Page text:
How to Study for an Exam in One Day
The last few weeks of school can be scary for students of all ages, whether you're cramming for a test or trying to write an essay quickly.
But it's even more stressful when you've only got one day to study for an important exam.
The good news is you that can prepare for a test in 24 hours, but you've got to be strategic about how you approach the material.
These tips are designed to help you save time while you're studying, whether you're beginning a full day before the exam or even the night before. With some hard work and perseverance, you'll be able to confidently identify and memorize key concepts in the course, even if you've fallen behind in class.
Before You Begin
a. Remain Calm
If you've left studying to the day before the test, it's likely that you're panicking about how you're going to get all of the work done in such a small amount of time. No matter what your circumstances are, it's absolutely important that you don't panic. Stress and anxiety will make it much harder to concentrate, memorize facts, and think critically about the exam material.
If you're feeling overly stressed, take fifteen minutes before studying to clear your mind and relax. Try some yoga, listen to a favorite song, or make a quick call to a supportive friend. Just don't make it any longer than fifteen minutes—set that timer and be prepared to get to work once relaxation time is over.
b. Find a Quiet Spot
It's tempting to study with a large group of friends, especially if you're tackling a particularly hard subject. And while friends can provide some much-needed support, they're not always the best study buddies when you're pressed for time.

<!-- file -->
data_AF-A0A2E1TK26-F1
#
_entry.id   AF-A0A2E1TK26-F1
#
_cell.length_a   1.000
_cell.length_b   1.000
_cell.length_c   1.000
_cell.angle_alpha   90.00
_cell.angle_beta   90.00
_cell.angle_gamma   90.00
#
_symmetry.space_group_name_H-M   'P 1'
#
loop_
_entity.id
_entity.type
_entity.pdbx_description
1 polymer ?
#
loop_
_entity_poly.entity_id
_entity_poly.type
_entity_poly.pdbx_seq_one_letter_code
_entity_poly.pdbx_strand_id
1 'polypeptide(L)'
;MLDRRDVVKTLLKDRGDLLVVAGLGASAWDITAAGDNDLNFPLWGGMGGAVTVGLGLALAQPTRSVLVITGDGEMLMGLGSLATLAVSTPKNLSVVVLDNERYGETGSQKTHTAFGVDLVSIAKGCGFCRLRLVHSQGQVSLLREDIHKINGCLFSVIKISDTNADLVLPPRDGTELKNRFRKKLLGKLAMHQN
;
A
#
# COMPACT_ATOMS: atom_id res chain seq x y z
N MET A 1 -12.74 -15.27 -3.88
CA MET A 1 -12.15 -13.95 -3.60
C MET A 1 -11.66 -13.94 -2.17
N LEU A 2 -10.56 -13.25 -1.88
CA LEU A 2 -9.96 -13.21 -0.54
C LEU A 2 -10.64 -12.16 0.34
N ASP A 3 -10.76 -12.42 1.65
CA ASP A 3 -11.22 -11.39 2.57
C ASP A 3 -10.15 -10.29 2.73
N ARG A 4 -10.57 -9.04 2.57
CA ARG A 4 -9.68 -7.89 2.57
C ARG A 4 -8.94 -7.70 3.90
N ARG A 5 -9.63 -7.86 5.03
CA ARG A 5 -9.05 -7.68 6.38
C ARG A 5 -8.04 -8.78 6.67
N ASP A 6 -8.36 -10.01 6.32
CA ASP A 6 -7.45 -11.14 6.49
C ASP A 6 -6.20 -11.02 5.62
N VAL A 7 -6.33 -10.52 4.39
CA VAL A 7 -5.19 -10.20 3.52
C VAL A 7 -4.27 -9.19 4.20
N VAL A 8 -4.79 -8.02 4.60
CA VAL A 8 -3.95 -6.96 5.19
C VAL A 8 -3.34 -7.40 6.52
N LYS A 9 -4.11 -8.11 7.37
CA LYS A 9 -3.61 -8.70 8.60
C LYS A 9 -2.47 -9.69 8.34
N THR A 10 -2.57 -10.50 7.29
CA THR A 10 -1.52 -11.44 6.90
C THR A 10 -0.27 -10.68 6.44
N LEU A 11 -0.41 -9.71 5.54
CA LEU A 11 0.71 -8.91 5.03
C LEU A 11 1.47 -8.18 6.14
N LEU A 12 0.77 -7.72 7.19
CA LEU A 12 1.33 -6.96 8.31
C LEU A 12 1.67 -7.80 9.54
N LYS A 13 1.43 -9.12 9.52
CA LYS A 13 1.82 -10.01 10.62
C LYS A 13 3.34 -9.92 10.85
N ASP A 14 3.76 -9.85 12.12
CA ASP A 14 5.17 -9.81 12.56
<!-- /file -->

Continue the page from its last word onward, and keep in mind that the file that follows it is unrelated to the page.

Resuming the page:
If you're serious about getting the work done, look for a quiet study spot away from friends, television, and other distractions. If you need to, turn your phone off, or at least set it to silent so you don't disturb other people around you. Having the peace and quiet you need to concentrate is key to studying effectively when you only have one day.
c. Gather Your Materials
Don't make the mistake of beginning a study session without the proper supplies. Take the time to find a blank notebook, some pens, the course syllabus and textbook, and your full class notes. Organize these materials neatly on a clean work surface, so that you have the freedom and space to access them when you need to.
6 Steps to Success
Once you've gathered your materials, taken some time to relax, and found a great study spot, it's time to get down to business. These six steps will help you study for an exam in 24 hours or less.
1. Make a List of Important Terms/Concepts/Ideas
The first thing you need to realize is that you can't possibly study everything in the course in one day. That's simply impossible and would require way more time than you have.
Think of your study session as a type of "triage," where you only concentrate on the most important concepts, terms, and ideas in the course. The logic behind this strategy is that if a concept is very central to the course, then you will gain peripheral knowledge of other less important topics by focusing on it.
In general, you know something is important if:
- The instructor has explicitly said it will be on the exam.
- It has come up a lot in the textbook and/or lectures.
- It is fundamental to understanding other topics in the course.